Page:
Sign up and get my FREE Checklist: 3 Habits of People Who Successfully Release Their Attachment to Outcomes

11 · 20 · 21

What’s a Healthy Amount of Gratitude According to Science?

Share this post:
Share this post:

Gratitude is a feeling of appreciation and thankfulness. There are countless studies on the potential benefits of gratitude. However, trying to cultivate it through practices such as counting blessings doesn’t always work and may even cause harm.

As it turns out, trying too hard to be grateful isn’t healthy for us.

Here’s how to get the benefits of gratitude practices without the potentially harmful effects.

The Potential Benefits of Gratitude

Gratitude can help us in many areas of life. Here are just a few of the potential benefits:

Even though these studies demonstrate notable benefits, some research points to potential pitfalls of too much gratitude.

Can You Overdose on Gratitude?

One study by positive psychology researcher Sonja Lyubomirsky and colleagues showed that people who wrote in gratitude journals once a week for six weeks had a boost in emotional well-being while people who were instructed to do it three times a week didn’t experience a boost at all.

There are a few possible explanations for this timing effect. When we try to count our blessings too often, we might run out of ideas and start to think we don’t have much to be grateful for. We might also feel worse because we feel guilty or indebted to others for the things we do have. Lastly, if we do it excessively, we might get bored with the practice and find it less meaningful.

Gratitude and Law of Attraction Practices

When it comes to using a gratitude list for manifesting our desires — a practice that’s encouraged by law of attraction teachers and popular books such as The Secret — overdosing on gratitude could be a real possibility.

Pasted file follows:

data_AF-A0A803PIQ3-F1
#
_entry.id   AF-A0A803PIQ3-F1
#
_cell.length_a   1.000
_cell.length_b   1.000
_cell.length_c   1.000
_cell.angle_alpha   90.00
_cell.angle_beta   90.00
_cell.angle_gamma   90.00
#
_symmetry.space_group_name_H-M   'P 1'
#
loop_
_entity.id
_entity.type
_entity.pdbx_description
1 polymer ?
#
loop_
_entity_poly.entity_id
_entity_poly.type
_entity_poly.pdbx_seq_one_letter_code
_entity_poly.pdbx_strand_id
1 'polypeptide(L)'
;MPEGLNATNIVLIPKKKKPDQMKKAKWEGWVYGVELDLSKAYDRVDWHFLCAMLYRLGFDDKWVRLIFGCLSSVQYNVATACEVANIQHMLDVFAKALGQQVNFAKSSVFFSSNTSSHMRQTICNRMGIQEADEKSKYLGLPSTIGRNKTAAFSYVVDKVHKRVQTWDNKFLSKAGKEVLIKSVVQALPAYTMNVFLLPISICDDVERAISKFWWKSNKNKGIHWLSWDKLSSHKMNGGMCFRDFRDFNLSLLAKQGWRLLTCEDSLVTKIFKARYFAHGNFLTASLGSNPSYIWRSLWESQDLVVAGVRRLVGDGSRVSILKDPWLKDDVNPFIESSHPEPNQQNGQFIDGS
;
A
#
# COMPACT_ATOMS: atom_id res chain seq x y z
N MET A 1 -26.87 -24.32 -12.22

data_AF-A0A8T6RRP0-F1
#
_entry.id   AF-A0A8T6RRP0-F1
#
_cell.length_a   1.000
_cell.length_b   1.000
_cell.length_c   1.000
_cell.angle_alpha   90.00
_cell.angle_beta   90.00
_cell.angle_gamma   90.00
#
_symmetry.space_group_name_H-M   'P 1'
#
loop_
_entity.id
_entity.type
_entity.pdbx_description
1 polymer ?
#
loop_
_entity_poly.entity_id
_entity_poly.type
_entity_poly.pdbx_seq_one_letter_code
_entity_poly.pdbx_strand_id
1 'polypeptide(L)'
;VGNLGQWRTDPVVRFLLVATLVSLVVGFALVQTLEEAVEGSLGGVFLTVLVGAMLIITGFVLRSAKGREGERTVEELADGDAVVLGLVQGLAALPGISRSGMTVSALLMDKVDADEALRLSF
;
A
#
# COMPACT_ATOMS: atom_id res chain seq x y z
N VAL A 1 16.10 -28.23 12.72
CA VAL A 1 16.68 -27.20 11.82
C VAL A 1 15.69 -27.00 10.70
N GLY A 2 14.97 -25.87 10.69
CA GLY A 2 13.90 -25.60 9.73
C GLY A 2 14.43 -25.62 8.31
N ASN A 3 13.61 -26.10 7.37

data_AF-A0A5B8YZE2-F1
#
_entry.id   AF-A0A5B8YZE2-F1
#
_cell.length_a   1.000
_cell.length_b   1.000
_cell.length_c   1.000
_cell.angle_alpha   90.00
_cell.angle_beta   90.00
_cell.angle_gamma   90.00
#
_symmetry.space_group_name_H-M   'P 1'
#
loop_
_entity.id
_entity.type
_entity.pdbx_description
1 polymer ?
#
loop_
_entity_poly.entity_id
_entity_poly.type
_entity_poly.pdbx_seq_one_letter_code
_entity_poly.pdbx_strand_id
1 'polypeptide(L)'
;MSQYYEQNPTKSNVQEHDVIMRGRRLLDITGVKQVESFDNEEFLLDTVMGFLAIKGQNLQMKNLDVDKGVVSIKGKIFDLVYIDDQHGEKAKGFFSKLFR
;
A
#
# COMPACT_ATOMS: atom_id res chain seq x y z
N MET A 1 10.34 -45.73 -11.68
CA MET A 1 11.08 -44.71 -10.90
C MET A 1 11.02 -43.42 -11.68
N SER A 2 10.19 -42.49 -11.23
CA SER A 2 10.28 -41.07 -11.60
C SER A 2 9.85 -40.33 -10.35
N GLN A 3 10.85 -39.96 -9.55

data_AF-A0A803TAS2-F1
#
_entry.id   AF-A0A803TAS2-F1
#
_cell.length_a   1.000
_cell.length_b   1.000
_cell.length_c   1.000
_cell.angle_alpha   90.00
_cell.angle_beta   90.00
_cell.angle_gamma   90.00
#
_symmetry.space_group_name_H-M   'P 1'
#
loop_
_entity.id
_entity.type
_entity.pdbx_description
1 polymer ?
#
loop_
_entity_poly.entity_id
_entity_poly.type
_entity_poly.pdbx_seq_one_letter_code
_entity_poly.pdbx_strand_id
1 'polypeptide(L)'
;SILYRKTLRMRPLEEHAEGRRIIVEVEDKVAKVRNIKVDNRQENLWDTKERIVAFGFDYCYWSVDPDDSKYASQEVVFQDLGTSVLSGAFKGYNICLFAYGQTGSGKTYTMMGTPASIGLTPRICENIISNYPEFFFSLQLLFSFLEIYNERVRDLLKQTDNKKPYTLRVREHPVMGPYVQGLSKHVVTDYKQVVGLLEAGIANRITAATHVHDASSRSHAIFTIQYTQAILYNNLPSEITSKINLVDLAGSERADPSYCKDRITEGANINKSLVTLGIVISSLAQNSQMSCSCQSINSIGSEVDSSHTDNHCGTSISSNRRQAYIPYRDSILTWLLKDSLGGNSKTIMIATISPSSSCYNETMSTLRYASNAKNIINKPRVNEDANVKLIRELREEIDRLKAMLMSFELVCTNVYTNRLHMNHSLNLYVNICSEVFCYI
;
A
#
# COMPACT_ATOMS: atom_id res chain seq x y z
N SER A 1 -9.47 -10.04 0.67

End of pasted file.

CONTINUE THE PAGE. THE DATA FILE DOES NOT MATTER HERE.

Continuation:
According to law of attraction teachings, if you are grateful, you’ll attract more good things to be grateful about. A rampage of appreciation is a practice created by law of attraction author Esther Hicks. It involves noticing and preferably writing down everything you appreciate in your life and surroundings. The list can be fairly lengthy and is meant to create positive emotions and a sense of momentum. The practice is supposed to enhance well-being, raise your vibration, and attract the things you desire because you are a vibrational match to them when you feel good.

As you can imagine, when someone wants to manifest something urgently, they might take this practice into overdrive and start to feel worse if things don’t improve in their lives. They might also run out of things to “rampage” about and feel inadequate. Another concern is that they might worry that if they don’t feel grateful enough or engage in the practice, their desires won’t manifest. See my previous article if you’d like to learn more about the law of attraction and mental health.

Toxic Positivity

Over-emphasizing gratitude can also make us feel like we should always appreciate what we have. Trying to focus on gratitude or being told to do so when we’re in pain might make us feel shame or additional painful emotions.

This is an example of toxic positivity. Toxic positivity is the idea that we should have a positive mindset rather than validate or experience our emotional pain.

Toxic positivity can harm our mental health as well as our relationships. This is especially true if we’ve been through a traumatic experience and aren’t emotionally in a place where trying to see a silver lining is helpful. Maybe we’ll never be there, and that’s also ok. Empathy, support, and self-compassion can be much more important than trying to look on the bright side.